Since the formation of The Boy Reserves in 1917, there had been isolated experiments with pre-Life Boy units, meeting separately from the 8–11-year-old age group. In Northern Ireland, such experiments included the 8th Newtownabbey (1955), 3rd Dromore (1956), 25th and 33rd Belfast Companies (1958) before firmly taking off in the early 1960’s. The Brigade knew that such groups existed, but did not feel any need to legislate for them. In 1963/1964 when the Haynes Committee examined the work and future of The Boys’ Brigade the Committee had this to say about pre-Life Boy Movements.
“Several Churches have started uniformed Movements for young Boys of pre-Life Boy Age. These go under various names – Cabin Boys, Nibs, etc. but only one has attempted national organisation. We do not think there is any necessity for the Brigade to provide a national organisation for this very young age and development can well be left to the Church concerned”.
Coincidental to the publication of the Haynes Report, the North Belfast Presbytery of The Presbyterian Church in Ireland considered what provision the Brigade might make for under-age groups. This was necessitated due to the fact that in a number of congregations, Boys were joining Organisations of other Churches, simply because they were being admitted at a younger age. In April 1964 a Chaplains Conference was held at Rathmore House, Larne and the Conference passed a unanimous Resolution, calling on the Northern Ireland Executive to recognise pre-Life Boy Service Units. The Northern Ireland Executive received this Resolution and appointed an ad-hoc Committee to examine the matter. This Committee noted that there were already in existence many pre-Life Boy Groups, using various titles – i.e. Robins, Cabin Boys, Eagles, etc. The Northern Ireland Executive made approaches to the Brigade Executive, seeking the formal recognition of pre-Life Boy Service Units. Although the Brigade Executive was not prepared to encourage the formation of such Groups, they nevertheless gave the Northern Ireland Executive the right to experiment for a period of 2 years to the end of Session 1966/67.
It was decided that official recognition could not be given to units attached to Churches where B.B. Companies did not exist, and was open to boys from their sixth birthday to the age for transfer to the Junior Section of The Boys’ Brigade. The Object was stated as:
“Through organised activity to prepare a young Boy for service in The Boys’ Brigade and to teach him loyalty to his Sunday School” and a Motto – “Always Cheerful”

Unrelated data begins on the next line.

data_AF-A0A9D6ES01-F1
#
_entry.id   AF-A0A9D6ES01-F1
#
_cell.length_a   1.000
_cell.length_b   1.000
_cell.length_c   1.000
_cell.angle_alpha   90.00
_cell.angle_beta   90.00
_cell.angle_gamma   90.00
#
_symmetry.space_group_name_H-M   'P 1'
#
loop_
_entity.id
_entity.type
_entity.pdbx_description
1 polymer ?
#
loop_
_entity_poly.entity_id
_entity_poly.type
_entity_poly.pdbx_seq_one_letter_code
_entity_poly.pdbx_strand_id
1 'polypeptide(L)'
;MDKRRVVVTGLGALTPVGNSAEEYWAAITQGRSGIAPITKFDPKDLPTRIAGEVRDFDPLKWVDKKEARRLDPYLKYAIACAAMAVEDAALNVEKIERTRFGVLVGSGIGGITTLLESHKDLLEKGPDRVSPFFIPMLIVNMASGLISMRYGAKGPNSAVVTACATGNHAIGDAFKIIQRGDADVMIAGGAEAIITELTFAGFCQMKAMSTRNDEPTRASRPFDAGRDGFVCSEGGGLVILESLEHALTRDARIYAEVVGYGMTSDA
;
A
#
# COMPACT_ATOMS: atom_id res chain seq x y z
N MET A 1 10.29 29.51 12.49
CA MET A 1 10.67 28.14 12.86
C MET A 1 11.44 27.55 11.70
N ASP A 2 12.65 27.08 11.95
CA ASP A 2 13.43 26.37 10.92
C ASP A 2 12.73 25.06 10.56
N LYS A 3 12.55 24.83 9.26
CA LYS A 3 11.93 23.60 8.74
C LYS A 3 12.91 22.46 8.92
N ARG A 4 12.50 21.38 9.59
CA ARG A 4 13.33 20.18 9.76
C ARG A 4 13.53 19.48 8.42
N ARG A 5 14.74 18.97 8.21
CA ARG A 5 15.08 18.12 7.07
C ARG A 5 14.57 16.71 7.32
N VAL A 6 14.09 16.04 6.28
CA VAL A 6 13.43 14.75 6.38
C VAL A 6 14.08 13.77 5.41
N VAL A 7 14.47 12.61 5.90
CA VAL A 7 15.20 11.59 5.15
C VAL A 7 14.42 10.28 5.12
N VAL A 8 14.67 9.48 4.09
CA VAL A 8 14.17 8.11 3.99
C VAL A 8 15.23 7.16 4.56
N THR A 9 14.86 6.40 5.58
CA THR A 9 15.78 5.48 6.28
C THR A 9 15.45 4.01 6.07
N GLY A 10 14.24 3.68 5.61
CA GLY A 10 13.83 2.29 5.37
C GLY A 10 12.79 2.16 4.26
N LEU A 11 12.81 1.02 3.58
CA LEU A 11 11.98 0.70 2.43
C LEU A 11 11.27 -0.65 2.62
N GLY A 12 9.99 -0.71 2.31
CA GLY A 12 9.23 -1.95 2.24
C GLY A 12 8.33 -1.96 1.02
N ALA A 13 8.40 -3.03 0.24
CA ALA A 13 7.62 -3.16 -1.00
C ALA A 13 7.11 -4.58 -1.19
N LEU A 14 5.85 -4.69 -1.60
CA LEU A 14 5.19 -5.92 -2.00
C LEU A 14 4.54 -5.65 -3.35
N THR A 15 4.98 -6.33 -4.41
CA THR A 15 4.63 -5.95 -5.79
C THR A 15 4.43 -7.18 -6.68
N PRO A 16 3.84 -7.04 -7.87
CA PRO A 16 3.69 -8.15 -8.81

Over 50 Groups immediately affiliated with the Northern Ireland District under a number of titles, “Cadets, Junior Patrol, Terriers, Dragons, Cabin Boys” but as the greatest number used the title “The Robins” it was decided this would be the title for these Groups. The members of Committee saw as their task the co-ordinating of work in this age group and in an effort to contrast with the that worn in the Junior Section, the uniform requirements in the Robins’ Leaders handbook recommended:
Scarlet school cap with cap badge
Plain mid-grey school shirt with approved badge over left breast Scarlet cotton or poplin tie
Grey charcoal shorts
Plain top grey stockings
During the 2-year experiment period, seven Training Sessions for Leaders were held, attracting attendances in the range of 60-120 persons and by the end of the experimental period, there were 75 Robins Groups affiliated to BB Companies, with an estimated membership of almost 1,500 Boys, and a further 14 Robins Groups operating unofficially. However, the Brigade was not encouraged and the Annual Report of 1968-69 stated:
“although recognising the development of the Robins in Northern Ireland, the Brigade Executive decided to reject their recommendation that the Brigade should encourage the Churches to form these groups, which would not of course be part of the B.B.”
BB Companies in Northern Ireland continued to operate Robins sections, the success of which could not be ignored, and finally by 1976, Brigade Council approved the introduction of a new section, to be known as the Pre-Junior Section, from September 1977. The Pre-Junior Section, which could be known locally as ‘Anchor Boys’ or ‘Robins’ would cater for Boys from their sixth birthday to the end of the session in which they reach the eight years of age.